Women in Energy Efficiency: Patti Boyd

March 27, 2019

In celebration of Women’s History Month, we’re highlighting women who are leading the way in positively transforming our communities through high-performance buildings.
Meet Patti Boyd, Senior Technology Strategist at the District of Columbia Sustainable Energy Utility (DCSEU).


Why do you value energy-efficient and high-performing buildings?

I value energy-efficient everything! I’m a mechanical engineer by training, so buildings have always been a passion of mine because they each have their own unique systems that can be optimized, updated, and transformed. 

I worked in both power systems and manufacturing early in my career and liked the work, but I could never shake the feeling that my work was only dirtying the environment. I needed a change. Then, I met someone who was working on energy efficiency by helping businesses save energy. A lightbulb clicked for me: It just makes sense to minimize waste in every part of our lives, and energy is no different. I have been in the energy efficiency field ever since, and I enjoy knowing that I’m now helping businesses, people, and the environment.

When I talk about my work at the District of Columbia Sustainable Energy Utility (DCSEU), where we focus on improving the energy efficiency of buildings in Washington DC, people sometimes ask if I’m a tree hugger. I am, but more importantly, I value helping people save money and working to ensure a healthy environment for future generations. 


What are you most proud of in your career related to energy and efficiency?

I just celebrated six years at the DCSEU, and looking back, I have seen so much happen during that time. Just being part of the organization’s efforts has been extremely satisfying, as we work together with the community to address climate change by reducing annual greenhouse gas emissions and energy consumption while expanding renewable energy use.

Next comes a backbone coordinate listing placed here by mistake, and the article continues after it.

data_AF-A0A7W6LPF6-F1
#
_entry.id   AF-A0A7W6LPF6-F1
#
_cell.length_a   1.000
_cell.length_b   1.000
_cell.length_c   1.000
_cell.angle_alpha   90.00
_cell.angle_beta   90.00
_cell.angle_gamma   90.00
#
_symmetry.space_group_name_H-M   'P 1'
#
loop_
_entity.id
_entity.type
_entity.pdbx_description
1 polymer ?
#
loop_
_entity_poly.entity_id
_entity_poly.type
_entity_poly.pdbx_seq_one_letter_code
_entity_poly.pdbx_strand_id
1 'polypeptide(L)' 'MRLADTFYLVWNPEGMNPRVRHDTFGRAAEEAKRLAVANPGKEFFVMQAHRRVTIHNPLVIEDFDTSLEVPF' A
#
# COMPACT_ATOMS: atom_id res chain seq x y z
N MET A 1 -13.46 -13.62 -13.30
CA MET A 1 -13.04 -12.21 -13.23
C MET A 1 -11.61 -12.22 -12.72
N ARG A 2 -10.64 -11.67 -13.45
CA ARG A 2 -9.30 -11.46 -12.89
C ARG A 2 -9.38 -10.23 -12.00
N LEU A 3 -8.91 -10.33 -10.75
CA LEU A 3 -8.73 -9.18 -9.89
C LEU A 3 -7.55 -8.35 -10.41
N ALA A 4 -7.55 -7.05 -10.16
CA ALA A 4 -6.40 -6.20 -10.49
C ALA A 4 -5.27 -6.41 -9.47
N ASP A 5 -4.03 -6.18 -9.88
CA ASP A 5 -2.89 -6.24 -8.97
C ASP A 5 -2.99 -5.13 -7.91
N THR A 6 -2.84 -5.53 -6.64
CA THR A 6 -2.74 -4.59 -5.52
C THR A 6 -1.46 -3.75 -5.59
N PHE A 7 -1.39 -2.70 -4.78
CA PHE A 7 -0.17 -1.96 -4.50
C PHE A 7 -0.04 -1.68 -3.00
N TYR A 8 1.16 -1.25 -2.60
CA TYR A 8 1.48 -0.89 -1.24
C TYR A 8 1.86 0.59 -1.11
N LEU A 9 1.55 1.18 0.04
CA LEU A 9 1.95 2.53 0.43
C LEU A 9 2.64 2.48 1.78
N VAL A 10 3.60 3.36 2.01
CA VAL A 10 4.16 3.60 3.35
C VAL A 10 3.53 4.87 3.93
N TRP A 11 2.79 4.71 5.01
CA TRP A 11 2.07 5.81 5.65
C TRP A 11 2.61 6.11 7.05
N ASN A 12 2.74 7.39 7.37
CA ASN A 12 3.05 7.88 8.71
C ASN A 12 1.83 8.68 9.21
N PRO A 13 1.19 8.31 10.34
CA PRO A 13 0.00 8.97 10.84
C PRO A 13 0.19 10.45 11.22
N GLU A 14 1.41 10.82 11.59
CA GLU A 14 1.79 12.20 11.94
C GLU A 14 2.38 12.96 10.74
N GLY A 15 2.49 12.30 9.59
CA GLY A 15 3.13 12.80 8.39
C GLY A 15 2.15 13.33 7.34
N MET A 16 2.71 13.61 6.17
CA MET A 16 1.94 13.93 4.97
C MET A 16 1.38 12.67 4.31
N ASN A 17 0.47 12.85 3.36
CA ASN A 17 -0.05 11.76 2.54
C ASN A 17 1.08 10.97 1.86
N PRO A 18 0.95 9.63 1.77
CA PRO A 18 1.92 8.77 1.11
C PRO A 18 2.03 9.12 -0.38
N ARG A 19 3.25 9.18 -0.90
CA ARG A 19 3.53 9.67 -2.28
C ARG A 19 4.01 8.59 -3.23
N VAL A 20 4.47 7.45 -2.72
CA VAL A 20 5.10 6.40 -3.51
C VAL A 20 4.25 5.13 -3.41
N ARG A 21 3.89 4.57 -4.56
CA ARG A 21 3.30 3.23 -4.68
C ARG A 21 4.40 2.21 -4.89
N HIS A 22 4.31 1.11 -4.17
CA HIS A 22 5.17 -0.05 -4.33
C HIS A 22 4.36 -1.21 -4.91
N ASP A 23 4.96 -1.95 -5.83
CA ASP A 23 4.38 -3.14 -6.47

I am most proud that I have been able to help guide the DCSEU forward—most notably, we have proved that an organization like ours dedicated to sustainable energy use can be effective for environmental goals as well as community engagement and economic development. We continue to partner with incredible universities, innovative business leaders, and forward-thinking changemakers throughout our area to make it happen, and I am proud that we continue to improve our results.


The theme of this year’s International Women’s Day is “Think Equal, Build Smart, Innovate for Change.” What is the change or market transformation you would most like to see in the energy industry?

So much is happening in the energy industry. Microgrids and solar systems are here, so we need to develop smart policies as these independently owned systems are incorporated into aging and undersized distribution systems. We also need to think about how to establish workforce training to support these new industries and train the next generation of commercial building operators. And, we need to move more power utilities toward accepting energy efficiency as a verified and dependable resource.

I’m excited to see all of these changes moving forward, but the transformation I am currently working on is the sweeping expansion, due to decreased cost, of data analytics and applications used to optimize energy use. These capabilities inform building owners of inefficiencies in the way their systems operate, which can lead to energy savings when addressed.

At the DCSEU, I led the development of our Pay for Performance program, which offers incentives for energy-saving measures based on analysis of metered data to determine actual energy saved in commercial and institutional buildings after improvements to systems have been made. It’s such an easy way to achieve big value and greater energy savings.


What is your advice for women in the energy and sustainability industries? 

There is so much happening in energy and sustainability that is all so new—if you find a niche that calls out to you, go after it. Start studying it. Check out events where you can meet similar-minded people. Go to conferences where experts are talking about it. We need ambitious innovators to take these ideas to the next level, so get out there and make change happen.

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